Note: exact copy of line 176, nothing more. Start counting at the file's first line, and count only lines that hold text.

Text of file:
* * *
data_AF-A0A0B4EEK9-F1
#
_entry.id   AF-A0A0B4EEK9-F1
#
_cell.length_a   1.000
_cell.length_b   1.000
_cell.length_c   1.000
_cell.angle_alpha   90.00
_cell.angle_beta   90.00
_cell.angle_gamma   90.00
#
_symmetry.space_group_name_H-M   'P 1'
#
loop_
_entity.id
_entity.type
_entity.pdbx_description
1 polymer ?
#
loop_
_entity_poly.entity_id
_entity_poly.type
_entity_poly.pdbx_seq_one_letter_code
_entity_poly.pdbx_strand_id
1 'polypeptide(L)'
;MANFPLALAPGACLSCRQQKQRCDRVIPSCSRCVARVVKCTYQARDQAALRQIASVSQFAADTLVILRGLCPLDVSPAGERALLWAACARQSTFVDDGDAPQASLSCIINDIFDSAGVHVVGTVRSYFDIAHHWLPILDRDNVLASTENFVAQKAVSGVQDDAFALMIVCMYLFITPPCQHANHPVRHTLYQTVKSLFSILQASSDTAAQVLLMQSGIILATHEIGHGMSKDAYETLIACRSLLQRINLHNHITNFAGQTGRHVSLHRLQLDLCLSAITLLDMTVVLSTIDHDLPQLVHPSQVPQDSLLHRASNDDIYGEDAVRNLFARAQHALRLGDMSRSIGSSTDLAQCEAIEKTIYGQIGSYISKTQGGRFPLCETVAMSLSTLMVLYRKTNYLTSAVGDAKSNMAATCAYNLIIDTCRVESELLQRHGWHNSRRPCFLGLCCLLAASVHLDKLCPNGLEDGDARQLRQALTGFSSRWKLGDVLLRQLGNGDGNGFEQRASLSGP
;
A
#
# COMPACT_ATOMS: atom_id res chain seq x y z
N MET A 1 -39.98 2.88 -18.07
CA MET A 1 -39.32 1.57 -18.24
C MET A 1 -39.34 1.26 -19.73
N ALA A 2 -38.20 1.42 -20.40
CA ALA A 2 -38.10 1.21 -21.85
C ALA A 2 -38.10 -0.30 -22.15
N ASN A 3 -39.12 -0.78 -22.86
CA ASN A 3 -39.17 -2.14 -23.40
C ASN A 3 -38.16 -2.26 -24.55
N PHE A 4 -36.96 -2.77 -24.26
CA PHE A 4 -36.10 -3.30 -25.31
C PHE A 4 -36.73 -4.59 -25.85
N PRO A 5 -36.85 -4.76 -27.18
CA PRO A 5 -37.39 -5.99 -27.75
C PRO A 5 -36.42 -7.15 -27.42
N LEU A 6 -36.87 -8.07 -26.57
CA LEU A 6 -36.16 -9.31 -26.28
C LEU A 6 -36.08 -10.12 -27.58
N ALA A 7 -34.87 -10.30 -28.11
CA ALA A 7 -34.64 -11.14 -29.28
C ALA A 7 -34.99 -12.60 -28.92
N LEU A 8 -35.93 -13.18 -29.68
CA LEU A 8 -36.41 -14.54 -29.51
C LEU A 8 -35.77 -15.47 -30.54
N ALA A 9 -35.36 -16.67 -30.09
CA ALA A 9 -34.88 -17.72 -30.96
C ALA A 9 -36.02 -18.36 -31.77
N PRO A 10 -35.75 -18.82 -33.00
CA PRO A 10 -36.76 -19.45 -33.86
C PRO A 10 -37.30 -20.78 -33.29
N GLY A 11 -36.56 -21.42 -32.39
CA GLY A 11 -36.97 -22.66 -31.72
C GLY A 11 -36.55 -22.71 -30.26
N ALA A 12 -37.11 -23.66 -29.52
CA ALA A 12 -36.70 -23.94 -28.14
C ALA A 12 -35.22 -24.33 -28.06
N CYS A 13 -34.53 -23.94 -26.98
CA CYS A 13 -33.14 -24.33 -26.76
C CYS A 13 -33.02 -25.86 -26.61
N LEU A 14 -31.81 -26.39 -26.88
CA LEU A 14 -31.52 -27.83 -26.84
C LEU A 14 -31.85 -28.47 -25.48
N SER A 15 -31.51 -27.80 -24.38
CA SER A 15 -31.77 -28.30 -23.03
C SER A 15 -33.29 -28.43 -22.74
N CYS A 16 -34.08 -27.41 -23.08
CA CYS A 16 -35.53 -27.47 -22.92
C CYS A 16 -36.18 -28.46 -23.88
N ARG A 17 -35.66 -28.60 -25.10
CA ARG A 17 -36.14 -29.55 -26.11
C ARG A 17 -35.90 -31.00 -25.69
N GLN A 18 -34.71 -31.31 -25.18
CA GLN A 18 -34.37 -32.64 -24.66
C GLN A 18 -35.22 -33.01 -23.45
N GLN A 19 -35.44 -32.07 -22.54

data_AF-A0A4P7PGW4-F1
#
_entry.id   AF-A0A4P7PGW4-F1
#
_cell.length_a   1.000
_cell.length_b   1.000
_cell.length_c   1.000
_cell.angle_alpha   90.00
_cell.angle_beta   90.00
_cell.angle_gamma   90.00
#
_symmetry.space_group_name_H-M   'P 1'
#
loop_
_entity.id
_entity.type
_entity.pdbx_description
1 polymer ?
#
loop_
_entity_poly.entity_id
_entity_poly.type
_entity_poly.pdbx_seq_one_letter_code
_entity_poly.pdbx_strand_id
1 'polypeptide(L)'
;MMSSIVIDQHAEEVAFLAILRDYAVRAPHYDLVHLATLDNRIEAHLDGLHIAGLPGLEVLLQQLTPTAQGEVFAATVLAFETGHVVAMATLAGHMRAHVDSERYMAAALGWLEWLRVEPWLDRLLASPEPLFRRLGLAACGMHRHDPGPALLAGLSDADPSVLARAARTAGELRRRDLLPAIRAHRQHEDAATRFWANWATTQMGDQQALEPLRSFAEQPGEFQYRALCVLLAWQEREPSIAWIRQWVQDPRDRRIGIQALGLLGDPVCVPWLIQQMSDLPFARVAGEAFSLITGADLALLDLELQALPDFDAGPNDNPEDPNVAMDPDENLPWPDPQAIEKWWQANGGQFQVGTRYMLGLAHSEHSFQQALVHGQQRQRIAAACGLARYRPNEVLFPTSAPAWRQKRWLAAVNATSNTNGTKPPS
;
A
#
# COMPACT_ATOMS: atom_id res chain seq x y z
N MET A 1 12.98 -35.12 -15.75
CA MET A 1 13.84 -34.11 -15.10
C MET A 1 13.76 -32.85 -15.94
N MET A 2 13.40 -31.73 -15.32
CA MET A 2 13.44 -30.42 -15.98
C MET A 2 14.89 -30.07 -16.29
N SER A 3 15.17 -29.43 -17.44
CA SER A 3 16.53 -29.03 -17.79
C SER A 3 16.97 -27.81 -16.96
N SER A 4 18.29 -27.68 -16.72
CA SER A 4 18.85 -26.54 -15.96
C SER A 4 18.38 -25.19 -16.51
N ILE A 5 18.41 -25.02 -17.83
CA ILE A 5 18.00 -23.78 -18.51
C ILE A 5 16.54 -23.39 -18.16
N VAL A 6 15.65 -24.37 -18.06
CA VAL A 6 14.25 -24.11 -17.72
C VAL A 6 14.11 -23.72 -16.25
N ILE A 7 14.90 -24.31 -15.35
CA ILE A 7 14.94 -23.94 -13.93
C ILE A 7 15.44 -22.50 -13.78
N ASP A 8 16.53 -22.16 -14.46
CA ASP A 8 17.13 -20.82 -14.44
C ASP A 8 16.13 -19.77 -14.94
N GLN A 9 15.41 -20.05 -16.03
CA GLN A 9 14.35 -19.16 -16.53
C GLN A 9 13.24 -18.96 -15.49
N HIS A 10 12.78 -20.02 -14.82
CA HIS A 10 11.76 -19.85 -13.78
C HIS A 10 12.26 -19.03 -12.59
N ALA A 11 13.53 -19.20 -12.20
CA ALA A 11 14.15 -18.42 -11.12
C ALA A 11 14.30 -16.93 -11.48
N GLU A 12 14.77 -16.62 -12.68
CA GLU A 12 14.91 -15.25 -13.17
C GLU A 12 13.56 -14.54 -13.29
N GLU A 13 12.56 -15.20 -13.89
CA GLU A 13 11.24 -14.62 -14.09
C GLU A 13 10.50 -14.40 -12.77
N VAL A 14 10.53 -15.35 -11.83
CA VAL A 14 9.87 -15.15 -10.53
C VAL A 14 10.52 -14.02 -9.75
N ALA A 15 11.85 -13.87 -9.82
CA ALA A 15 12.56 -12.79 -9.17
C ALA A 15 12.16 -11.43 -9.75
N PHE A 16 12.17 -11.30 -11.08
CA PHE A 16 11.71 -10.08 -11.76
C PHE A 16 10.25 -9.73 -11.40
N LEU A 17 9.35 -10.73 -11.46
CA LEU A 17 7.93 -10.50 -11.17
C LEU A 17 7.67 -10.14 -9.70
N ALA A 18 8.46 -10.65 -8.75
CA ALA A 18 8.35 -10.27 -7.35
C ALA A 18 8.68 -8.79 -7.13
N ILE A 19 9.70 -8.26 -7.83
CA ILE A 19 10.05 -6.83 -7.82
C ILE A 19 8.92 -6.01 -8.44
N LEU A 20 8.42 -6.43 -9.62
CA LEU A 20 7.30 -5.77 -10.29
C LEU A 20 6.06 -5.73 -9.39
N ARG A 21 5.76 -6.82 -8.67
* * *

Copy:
N ARG A 21 5.76 -6.82 -8.67